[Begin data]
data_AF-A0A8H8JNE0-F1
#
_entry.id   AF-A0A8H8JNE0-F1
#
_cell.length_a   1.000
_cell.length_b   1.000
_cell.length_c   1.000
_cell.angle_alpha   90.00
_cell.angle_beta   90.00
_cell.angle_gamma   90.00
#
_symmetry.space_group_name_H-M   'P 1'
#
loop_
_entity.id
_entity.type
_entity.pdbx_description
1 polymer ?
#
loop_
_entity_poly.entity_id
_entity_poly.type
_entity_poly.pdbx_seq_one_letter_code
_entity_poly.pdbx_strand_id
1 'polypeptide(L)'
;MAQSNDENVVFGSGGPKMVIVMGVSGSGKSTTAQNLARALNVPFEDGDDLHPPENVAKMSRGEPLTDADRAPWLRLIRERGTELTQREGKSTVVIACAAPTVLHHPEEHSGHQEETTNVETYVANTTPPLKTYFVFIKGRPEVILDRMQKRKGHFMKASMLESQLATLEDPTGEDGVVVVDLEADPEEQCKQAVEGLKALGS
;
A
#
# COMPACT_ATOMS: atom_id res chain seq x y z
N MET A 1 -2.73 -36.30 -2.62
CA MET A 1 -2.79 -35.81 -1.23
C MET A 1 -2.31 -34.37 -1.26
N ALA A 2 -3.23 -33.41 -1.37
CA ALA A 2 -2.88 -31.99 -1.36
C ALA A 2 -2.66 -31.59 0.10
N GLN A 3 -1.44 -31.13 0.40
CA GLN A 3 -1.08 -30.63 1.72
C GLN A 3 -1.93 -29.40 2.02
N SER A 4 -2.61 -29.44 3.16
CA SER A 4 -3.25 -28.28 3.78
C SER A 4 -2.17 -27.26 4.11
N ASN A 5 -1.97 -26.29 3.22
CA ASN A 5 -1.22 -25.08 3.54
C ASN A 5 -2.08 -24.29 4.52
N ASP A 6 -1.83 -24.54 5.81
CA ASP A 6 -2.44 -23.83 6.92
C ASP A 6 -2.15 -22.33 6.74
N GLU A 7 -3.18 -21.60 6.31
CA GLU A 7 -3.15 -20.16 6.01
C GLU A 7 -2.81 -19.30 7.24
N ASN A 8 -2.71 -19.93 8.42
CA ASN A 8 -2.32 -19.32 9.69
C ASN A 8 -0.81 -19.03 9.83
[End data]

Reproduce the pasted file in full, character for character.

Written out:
data_AF-A0A8H8JNE0-F1
#
_entry.id   AF-A0A8H8JNE0-F1
#
_cell.length_a   1.000
_cell.length_b   1.000
_cell.length_c   1.000
_cell.angle_alpha   90.00
_cell.angle_beta   90.00
_cell.angle_gamma   90.00
#
_symmetry.space_group_name_H-M   'P 1'
#
loop_
_entity.id
_entity.type
_entity.pdbx_description
1 polymer ?
#
loop_
_entity_poly.entity_id
_entity_poly.type
_entity_poly.pdbx_seq_one_letter_code
_entity_poly.pdbx_strand_id
1 'polypeptide(L)'
;MAQSNDENVVFGSGGPKMVIVMGVSGSGKSTTAQNLARALNVPFEDGDDLHPPENVAKMSRGEPLTDADRAPWLRLIRERGTELTQREGKSTVVIACAAPTVLHHPEEHSGHQEETTNVETYVANTTPPLKTYFVFIKGRPEVILDRMQKRKGHFMKASMLESQLATLEDPTGEDGVVVVDLEADPEEQCKQAVEGLKALGS
;
A
#
# COMPACT_ATOMS: atom_id res chain seq x y z
N MET A 1 -2.73 -36.30 -2.62
CA MET A 1 -2.79 -35.81 -1.23
C MET A 1 -2.31 -34.37 -1.26
N ALA A 2 -3.23 -33.41 -1.37
CA ALA A 2 -2.88 -31.99 -1.36
C ALA A 2 -2.66 -31.59 0.10
N GLN A 3 -1.44 -31.13 0.40
CA GLN A 3 -1.08 -30.63 1.72
C GLN A 3 -1.93 -29.40 2.02
N SER A 4 -2.61 -29.44 3.16
CA SER A 4 -3.25 -28.28 3.78
C SER A 4 -2.17 -27.26 4.11
N ASN A 5 -1.97 -26.29 3.22
CA ASN A 5 -1.22 -25.08 3.54
C ASN A 5 -2.08 -24.29 4.52
N ASP A 6 -1.83 -24.54 5.81
CA ASP A 6 -2.44 -23.83 6.92
C ASP A 6 -2.15 -22.33 6.74
N GLU A 7 -3.18 -21.60 6.31
CA GLU A 7 -3.15 -20.16 6.01
C GLU A 7 -2.81 -19.30 7.24
N ASN A 8 -2.71 -19.93 8.42
CA ASN A 8 -2.32 -19.32 9.69
C ASN A 8 -0.81 -19.03 9.83